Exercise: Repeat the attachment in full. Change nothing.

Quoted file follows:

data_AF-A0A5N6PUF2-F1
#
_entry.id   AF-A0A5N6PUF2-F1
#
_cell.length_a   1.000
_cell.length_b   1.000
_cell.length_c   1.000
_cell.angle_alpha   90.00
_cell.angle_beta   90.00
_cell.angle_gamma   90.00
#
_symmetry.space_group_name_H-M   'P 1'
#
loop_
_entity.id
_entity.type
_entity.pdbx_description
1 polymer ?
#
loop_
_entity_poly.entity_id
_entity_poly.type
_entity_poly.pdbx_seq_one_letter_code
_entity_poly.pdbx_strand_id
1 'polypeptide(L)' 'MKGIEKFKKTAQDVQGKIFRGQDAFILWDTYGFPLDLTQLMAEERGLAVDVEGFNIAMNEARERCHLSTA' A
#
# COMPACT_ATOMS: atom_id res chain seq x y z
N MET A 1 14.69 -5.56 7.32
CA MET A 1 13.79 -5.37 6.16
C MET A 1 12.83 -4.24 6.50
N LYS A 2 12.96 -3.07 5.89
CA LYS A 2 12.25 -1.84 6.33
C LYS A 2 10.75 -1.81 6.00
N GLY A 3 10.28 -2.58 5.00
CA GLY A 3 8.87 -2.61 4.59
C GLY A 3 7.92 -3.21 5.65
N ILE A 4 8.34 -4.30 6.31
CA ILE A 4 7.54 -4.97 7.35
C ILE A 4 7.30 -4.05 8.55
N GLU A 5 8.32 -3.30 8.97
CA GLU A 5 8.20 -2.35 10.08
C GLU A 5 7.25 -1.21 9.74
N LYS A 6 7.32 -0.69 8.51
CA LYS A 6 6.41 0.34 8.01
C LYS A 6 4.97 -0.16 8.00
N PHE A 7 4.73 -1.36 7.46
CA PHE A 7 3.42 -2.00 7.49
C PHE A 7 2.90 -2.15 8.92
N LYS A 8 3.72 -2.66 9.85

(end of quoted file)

data_AF-A0A5N6PUF2-F1
#
_entry.id   AF-A0A5N6PUF2-F1
#
_cell.length_a   1.000
_cell.length_b   1.000
_cell.length_c   1.000
_cell.angle_alpha   90.00
_cell.angle_beta   90.00
_cell.angle_gamma   90.00
#
_symmetry.space_group_name_H-M   'P 1'
#
loop_
_entity.id
_entity.type
_entity.pdbx_description
1 polymer ?
#
loop_
_entity_poly.entity_id
_entity_poly.type
_entity_poly.pdbx_seq_one_letter_code
_entity_poly.pdbx_strand_id
1 'polypeptide(L)' 'MKGIEKFKKTAQDVQGKIFRGQDAFILWDTYGFPLDLTQLMAEERGLAVDVEGFNIAMNEARERCHLSTA' A
#
# COMPACT_ATOMS: atom_id res chain seq x y z
N MET A 1 14.69 -5.56 7.32
CA MET A 1 13.79 -5.37 6.16
C MET A 1 12.83 -4.24 6.50
N LYS A 2 12.96 -3.07 5.89
CA LYS A 2 12.25 -1.84 6.33
C LYS A 2 10.75 -1.81 6.00
N GLY A 3 10.28 -2.58 5.00
CA GLY A 3 8.87 -2.61 4.59
C GLY A 3 7.92 -3.21 5.65
N ILE A 4 8.34 -4.30 6.31
CA ILE A 4 7.54 -4.97 7.35
C ILE A 4 7.30 -4.05 8.55
N GLU A 5 8.32 -3.30 8.97
CA GLU A 5 8.20 -2.35 10.08
C GLU A 5 7.25 -1.21 9.74
N LYS A 6 7.32 -0.69 8.51
CA LYS A 6 6.41 0.34 8.01
C LYS A 6 4.97 -0.16 8.00
N PHE A 7 4.73 -1.36 7.46
CA PHE A 7 3.42 -2.00 7.49
C PHE A 7 2.90 -2.15 8.92
N LYS A 8 3.72 -2.66 9.85